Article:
Communications 305: A Digital Media JourneyPosted: September 12, 2011 | Author: rjrock | Filed under: Communications | Tags: democracy, digital media, disruption, economy, personal transformation, social media, social shaping theory, symbolic interactionism | Leave a comment
Life often dishes out irony as if humans required it for sustenance. I began this class thinking myself a digital native, although I had yet to hear the term. Working for major software corporation for many years, I ran successful Content Management and Collaboration technology consulting practices that helped our customers take advantage of web technologies and thought myself well-versed in the implications of digital communication on things like security, identity, brand, presence, and other dimensions of the implementation discussion. I expected to come into this class and excel simply based on the fact that this was a realm I understood and I couldn’t have been farther from the truth. For while my understanding was perhaps sufficient to help a customer address a need, I missed the big picture that a solid theoretical foundation provides. In addition, I could have likely added far more value to my customers by helping them think through the implications of digital media on their business, relationships with customers, relationships with partners, and opportunities and risk to their brand reputation. Life is full of ironies.
During the course, I started a blog to chronicle my personal journey to graduate with honors, but more importantly as a personal exploration of digital media, and found myself grappling with issues I had previously only encountered as a thought experiment during the class; a powerful way to learn, indeed (Rock, 2011a).
There are a number of perspectives that have influenced my thinking during the course. I was struck by the simplicity and elegance of Symbolic Interactionism as a theoretical framework, and because it leads to an important philosophical question about the growth of meaning; how will humanity transform as the volume of interactions grow exponentially as the rest of the world joins the network? In the past, interactions tended largely to be bound in both time and space and now neither is true, there are very few boundaries in the virtual world.
Social shaping of technology is another theoretical perspective that influenced me during the course. I believe there are deterministic elements of technology that ties to the capabilities that technology affords, and yet observe that often people use technology in ways that designers never envisioned. Who would have thought during design that Twitter could help overturn an authoritarian regime? From a purely business point of view, social shaping theory means that we in the software engineering business need to pay close attention to how our products are used.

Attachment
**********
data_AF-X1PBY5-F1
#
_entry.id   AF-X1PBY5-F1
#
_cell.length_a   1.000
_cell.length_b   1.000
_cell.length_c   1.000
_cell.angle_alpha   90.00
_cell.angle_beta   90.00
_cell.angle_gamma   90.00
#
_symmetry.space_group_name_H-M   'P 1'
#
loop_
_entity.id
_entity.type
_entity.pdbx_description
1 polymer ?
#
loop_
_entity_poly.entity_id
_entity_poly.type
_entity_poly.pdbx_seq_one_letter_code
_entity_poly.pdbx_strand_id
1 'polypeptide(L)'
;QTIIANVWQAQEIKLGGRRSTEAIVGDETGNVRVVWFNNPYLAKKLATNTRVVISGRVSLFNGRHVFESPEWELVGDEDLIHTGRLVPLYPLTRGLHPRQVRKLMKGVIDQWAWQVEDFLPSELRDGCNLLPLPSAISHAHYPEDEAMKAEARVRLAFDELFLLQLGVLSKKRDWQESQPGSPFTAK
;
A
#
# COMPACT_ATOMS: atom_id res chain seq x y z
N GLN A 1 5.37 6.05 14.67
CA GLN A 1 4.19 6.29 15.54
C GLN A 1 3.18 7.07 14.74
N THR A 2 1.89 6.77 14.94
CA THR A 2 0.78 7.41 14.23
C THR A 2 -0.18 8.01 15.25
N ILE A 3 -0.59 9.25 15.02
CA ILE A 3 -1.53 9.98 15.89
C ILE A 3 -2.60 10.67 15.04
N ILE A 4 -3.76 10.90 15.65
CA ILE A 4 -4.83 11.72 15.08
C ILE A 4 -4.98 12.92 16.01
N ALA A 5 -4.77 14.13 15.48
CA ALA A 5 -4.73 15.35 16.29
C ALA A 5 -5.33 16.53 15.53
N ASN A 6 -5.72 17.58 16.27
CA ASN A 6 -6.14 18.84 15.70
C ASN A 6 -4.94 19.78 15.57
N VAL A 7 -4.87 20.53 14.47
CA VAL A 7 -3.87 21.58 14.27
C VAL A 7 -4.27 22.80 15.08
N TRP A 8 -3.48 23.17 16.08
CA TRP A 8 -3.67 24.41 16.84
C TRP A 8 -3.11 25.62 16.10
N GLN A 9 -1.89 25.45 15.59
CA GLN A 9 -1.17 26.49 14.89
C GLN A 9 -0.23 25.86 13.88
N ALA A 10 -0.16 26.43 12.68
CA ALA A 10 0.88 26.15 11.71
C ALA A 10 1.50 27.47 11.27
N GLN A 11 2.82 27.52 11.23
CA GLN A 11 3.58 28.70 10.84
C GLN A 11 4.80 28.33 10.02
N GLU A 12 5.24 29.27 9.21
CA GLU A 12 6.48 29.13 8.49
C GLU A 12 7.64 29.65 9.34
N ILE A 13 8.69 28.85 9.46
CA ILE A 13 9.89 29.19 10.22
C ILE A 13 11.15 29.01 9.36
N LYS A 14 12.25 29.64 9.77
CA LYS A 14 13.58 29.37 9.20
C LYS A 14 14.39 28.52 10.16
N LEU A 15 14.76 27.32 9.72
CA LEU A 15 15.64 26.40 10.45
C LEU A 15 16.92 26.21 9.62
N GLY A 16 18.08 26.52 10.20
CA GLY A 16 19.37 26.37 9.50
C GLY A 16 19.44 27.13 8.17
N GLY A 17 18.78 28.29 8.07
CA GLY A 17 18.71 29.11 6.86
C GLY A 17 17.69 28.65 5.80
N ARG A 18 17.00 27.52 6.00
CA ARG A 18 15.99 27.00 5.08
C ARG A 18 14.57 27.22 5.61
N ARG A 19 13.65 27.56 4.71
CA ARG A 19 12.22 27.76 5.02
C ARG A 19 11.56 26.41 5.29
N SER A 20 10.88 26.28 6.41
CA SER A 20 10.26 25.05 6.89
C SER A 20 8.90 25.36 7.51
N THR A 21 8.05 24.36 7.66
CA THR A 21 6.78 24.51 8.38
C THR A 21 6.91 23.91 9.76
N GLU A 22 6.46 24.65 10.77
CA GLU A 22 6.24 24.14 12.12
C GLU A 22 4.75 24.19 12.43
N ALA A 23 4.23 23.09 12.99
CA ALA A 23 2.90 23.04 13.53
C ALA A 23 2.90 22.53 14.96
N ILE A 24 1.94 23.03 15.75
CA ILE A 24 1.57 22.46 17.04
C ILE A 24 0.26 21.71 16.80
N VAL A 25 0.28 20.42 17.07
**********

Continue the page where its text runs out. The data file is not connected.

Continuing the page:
Of course, the question that most dominated my thoughts during the course was the democratic nature of the medium. The Arab Spring opened my eyes to the fact that something very different was happening in the world and digital media was at the center of it. I realized very quickly, that digital media was having profound implications on humanity and wondered at the implications for family, my business, nations, and myself. It appears to me that Internet and the World Wide Web are significantly shifting the balance of power between individuals, minorities, and dominant hierarchies and believe that humanity may be on the cusp of a new understanding of what it means to be human. Long have our differences been used as a means of controlling access to resources and our entire system of economics is based on that idea. I think that the Web is going to give us an opportunity to rethink what it means to be human and how to share. I know that others see the Web as simply a reflection of humanity, but I do not ascribe to that view because the balance of power is changing, myths are being exposed for what they are, and once dominant entities have given way, while others continue to fight. It may sound like I am subscribing to some utopian view, and in the end, perhaps I am. However, throughout history, most power struggles have been violent, and if we look to the example of Libya, this power struggle between Netizens and the dominant hierarchies that control them has the same potential. I am a firm believer that the natural state of humanity is freedom and so the idea of such a powerful equalizing force appeals strongly to my ideals.